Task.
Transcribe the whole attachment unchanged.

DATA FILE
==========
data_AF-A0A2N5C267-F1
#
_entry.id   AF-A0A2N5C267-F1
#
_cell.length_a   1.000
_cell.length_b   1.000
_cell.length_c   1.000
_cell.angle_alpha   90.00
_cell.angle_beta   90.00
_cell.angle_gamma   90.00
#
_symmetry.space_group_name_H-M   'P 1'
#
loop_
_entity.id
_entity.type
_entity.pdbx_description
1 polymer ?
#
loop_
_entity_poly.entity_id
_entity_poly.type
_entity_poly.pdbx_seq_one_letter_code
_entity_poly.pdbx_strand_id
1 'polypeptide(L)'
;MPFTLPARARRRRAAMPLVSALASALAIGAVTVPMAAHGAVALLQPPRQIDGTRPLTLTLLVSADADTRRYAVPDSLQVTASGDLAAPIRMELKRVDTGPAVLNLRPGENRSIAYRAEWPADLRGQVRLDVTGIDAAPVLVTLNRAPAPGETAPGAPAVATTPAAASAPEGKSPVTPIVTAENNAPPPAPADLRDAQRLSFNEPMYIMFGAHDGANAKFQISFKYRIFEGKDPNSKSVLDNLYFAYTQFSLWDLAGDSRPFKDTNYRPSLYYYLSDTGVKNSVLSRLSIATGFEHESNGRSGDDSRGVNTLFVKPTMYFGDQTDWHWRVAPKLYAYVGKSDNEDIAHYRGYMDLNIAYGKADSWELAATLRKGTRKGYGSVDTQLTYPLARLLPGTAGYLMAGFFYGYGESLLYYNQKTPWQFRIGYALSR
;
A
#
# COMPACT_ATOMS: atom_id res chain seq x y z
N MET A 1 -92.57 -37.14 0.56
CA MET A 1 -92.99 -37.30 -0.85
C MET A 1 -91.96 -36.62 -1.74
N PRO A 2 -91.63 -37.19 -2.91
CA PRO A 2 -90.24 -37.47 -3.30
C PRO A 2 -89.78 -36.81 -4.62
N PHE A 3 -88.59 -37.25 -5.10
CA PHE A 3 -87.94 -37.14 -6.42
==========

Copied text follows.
data_AF-A0A2N5C267-F1
#
_entry.id   AF-A0A2N5C267-F1
#
_cell.length_a   1.000
_cell.length_b   1.000
_cell.length_c   1.000
_cell.angle_alpha   90.00
_cell.angle_beta   90.00
_cell.angle_gamma   90.00
#
_symmetry.space_group_name_H-M   'P 1'
#
loop_
_entity.id
_entity.type
_entity.pdbx_description
1 polymer ?
#
loop_
_entity_poly.entity_id
_entity_poly.type
_entity_poly.pdbx_seq_one_letter_code
_entity_poly.pdbx_strand_id
1 'polypeptide(L)'
;MPFTLPARARRRRAAMPLVSALASALAIGAVTVPMAAHGAVALLQPPRQIDGTRPLTLTLLVSADADTRRYAVPDSLQVTASGDLAAPIRMELKRVDTGPAVLNLRPGENRSIAYRAEWPADLRGQVRLDVTGIDAAPVLVTLNRAPAPGETAPGAPAVATTPAAASAPEGKSPVTPIVTAENNAPPPAPADLRDAQRLSFNEPMYIMFGAHDGANAKFQISFKYRIFEGKDPNSKSVLDNLYFAYTQFSLWDLAGDSRPFKDTNYRPSLYYYLSDTGVKNSVLSRLSIATGFEHESNGRSGDDSRGVNTLFVKPTMYFGDQTDWHWRVAPKLYAYVGKSDNEDIAHYRGYMDLNIAYGKADSWELAATLRKGTRKGYGSVDTQLTYPLARLLPGTAGYLMAGFFYGYGESLLYYNQKTPWQFRIGYALSR
;
A
#
# COMPACT_ATOMS: atom_id res chain seq x y z
N MET A 1 -92.57 -37.14 0.56
CA MET A 1 -92.99 -37.30 -0.85
C MET A 1 -91.96 -36.62 -1.74
N PRO A 2 -91.63 -37.19 -2.91
CA PRO A 2 -90.24 -37.47 -3.30
C PRO A 2 -89.78 -36.81 -4.62
N PHE A 3 -88.59 -37.25 -5.10
CA PHE A 3 -87.94 -37.14 -6.42